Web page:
Say what you will about this undemanding subgenre in general -- mainly, that it's not reliant on complexity or narrative soundness -- but it does need people behind the wheel who can warrant screen time. We couldn't care less about the secondary players, or the primary ones, either -- a sleepwalking Carradine keeps trying to emit an understated magnetism that never materializes and goes up with the gas fumes, and speaks his lines with a beat-out inertness that's more audience-wearying than world-weary. And the writing is really haphazard. The race is supposed to be covering a span of a few days, but Bartel gives us neither geographical clarity, so we could keep lucid track of where exactly the racers are in relation to one another (it's not just what state they're in that's not clear, but what region of the country), nor a sensible sense of immediacy, for we're baffled why some of the drivers stop off at certain places along the way and converse as if they had all the time in the world (I've chatted up women in less time than the characters take here to contemplate having repairs done on their autos). In a typical bit, someone will change a tire yet miraculously manage to catch up with a contestant in just a short while, or we're really thrown for a loop when a contestant's car blows up and in the very next scene someone on an airplane is holding up a newspaper with a headline of a story of the demise of the very same car and driver, as if it had happened the day before and not a few minutes earlier as has been depicted. Suffice to say, it's not particularly hard to have a growing contempt for Bartel, who clearly doesn't give a damn about even the most basic rudiments of story consistency -- he comes off as a snide egotist who thinks he's too good to adhere to semblances of internal logic. (There's one neat bit involving a jump having to be halted at the last second due to the end of a guitar getting stuck under a gas pedal, but that's it.) Maybe we'd be willing to cut the movie some slack if the action sequences were up to par, but they're not: the juxtaposing and staging are lackluster to the extreme, consisting of either too many close-ups of one vehicle ramming another or a way-too-barren highway with not enough traffic (as if the race were happening on the far side of the moon) where a vehicle will explode all of a sudden. Cannonball isn't substantial enough to be offensive, but it is startlingly inept and insipid. If DR2000's Frankenstein were Mary Shelley's creation, he'd have smashed this monstrosity to smithereens out of sheer contempt and not bothered to ask questions later.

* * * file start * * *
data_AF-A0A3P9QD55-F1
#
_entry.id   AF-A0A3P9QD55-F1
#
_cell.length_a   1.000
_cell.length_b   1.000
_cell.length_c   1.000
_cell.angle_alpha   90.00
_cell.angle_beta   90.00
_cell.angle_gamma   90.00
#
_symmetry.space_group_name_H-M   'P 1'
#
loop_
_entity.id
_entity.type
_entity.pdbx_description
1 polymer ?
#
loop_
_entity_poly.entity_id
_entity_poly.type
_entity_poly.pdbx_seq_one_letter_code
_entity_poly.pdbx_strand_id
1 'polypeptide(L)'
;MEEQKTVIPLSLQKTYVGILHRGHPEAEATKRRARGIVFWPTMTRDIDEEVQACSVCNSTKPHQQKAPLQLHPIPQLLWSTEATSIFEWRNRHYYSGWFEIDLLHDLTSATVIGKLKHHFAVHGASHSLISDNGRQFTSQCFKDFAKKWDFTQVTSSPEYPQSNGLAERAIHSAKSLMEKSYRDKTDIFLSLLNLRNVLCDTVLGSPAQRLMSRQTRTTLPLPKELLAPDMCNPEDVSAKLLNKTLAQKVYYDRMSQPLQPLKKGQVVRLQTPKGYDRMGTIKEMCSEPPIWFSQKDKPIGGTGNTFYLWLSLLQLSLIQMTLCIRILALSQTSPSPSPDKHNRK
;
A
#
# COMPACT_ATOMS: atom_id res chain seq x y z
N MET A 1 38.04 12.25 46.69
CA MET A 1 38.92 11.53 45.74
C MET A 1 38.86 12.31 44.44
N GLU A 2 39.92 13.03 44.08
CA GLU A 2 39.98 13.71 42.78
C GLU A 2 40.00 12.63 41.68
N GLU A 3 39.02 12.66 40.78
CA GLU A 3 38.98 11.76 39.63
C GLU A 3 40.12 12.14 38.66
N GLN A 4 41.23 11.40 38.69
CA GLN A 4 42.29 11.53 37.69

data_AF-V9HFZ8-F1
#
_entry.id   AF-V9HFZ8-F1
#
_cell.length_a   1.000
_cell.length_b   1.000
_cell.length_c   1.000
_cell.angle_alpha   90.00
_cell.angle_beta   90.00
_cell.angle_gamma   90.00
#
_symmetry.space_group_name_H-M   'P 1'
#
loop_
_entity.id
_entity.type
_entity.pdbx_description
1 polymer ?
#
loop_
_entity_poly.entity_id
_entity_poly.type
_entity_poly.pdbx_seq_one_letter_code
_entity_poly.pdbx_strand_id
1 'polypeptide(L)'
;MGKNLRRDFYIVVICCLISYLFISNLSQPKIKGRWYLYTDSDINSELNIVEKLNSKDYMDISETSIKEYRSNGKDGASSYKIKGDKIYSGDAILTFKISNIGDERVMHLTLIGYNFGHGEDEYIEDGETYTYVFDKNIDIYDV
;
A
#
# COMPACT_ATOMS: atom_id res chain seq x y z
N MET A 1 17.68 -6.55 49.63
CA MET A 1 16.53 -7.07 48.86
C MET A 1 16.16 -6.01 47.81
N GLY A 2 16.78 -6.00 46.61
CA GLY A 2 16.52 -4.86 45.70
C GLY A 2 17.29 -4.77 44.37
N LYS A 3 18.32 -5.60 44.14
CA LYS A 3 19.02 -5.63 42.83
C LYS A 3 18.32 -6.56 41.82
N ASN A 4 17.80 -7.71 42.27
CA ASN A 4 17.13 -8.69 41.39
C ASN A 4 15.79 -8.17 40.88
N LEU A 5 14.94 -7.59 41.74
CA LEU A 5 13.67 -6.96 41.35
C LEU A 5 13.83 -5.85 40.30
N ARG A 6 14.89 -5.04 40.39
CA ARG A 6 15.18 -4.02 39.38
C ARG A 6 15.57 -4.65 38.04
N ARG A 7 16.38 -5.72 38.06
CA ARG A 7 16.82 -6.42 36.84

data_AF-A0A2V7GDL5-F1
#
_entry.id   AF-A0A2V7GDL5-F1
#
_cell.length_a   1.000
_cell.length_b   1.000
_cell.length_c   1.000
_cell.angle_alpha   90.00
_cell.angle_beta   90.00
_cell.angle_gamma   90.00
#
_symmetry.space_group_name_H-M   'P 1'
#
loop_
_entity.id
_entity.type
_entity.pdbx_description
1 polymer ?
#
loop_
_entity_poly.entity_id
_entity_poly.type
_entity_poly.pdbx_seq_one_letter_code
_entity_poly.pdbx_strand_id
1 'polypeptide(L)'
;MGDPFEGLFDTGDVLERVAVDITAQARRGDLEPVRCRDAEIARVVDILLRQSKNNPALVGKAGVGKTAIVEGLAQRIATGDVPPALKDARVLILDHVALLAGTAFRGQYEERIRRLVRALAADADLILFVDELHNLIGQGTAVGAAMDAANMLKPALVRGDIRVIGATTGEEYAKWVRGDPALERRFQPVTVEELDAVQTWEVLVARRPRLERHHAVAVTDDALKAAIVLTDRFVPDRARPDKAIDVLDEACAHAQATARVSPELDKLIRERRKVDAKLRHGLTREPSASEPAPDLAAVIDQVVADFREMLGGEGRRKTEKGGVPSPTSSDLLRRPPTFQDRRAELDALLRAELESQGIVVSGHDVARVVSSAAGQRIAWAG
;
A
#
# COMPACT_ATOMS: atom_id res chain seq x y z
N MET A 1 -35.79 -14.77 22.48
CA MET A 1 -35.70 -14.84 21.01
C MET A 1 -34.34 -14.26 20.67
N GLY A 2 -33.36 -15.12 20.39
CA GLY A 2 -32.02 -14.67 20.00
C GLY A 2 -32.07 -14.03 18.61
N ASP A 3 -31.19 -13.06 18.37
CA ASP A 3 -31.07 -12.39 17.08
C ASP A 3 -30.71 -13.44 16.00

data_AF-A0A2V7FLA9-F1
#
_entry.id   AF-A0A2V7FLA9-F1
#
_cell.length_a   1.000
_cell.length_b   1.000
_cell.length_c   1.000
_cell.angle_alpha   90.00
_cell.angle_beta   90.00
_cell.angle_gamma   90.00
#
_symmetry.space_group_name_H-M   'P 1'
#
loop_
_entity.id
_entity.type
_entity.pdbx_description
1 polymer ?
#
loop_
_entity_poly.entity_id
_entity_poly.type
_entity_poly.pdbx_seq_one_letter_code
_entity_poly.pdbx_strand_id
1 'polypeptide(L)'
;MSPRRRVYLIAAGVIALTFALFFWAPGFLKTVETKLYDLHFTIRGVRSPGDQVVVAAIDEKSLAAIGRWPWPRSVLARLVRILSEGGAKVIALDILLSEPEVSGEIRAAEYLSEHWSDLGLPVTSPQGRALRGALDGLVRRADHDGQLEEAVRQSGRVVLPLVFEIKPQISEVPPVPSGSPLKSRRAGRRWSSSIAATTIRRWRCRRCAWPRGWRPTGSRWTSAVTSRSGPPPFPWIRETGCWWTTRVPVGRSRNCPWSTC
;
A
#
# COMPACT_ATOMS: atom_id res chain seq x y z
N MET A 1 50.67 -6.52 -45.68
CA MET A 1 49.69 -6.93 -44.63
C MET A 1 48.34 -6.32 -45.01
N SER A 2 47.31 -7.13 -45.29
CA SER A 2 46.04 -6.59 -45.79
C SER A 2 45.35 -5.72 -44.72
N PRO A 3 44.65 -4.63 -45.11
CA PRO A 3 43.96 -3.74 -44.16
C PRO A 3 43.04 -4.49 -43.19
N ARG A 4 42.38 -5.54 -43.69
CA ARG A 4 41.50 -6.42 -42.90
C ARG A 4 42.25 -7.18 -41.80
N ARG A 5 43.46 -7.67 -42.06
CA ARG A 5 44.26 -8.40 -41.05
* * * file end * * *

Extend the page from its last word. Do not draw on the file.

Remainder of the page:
For fans of it, Blue Underground has given the DVD an excellent transfer and a decent amount of special features -- way better treatment than it deserves.

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originally posted: 01/05/12 11:13:45
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User Comments

5/07/14 MatthewThompsonDalldorf An often funny and action packed flick! David Carradine even does some kung fu! 4 stars
9/08/08 Charles Tatum Fun fluff 4 stars
4/27/08 mr.mike Actually liked it more than Death Race 2000 4 stars
6/28/07 David Pollastrini the best of the cross country race movies! 5 stars
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  02-Feb-1976 (PG)
  DVD: 28-Sep-2004


  02-Jul-1976 (M)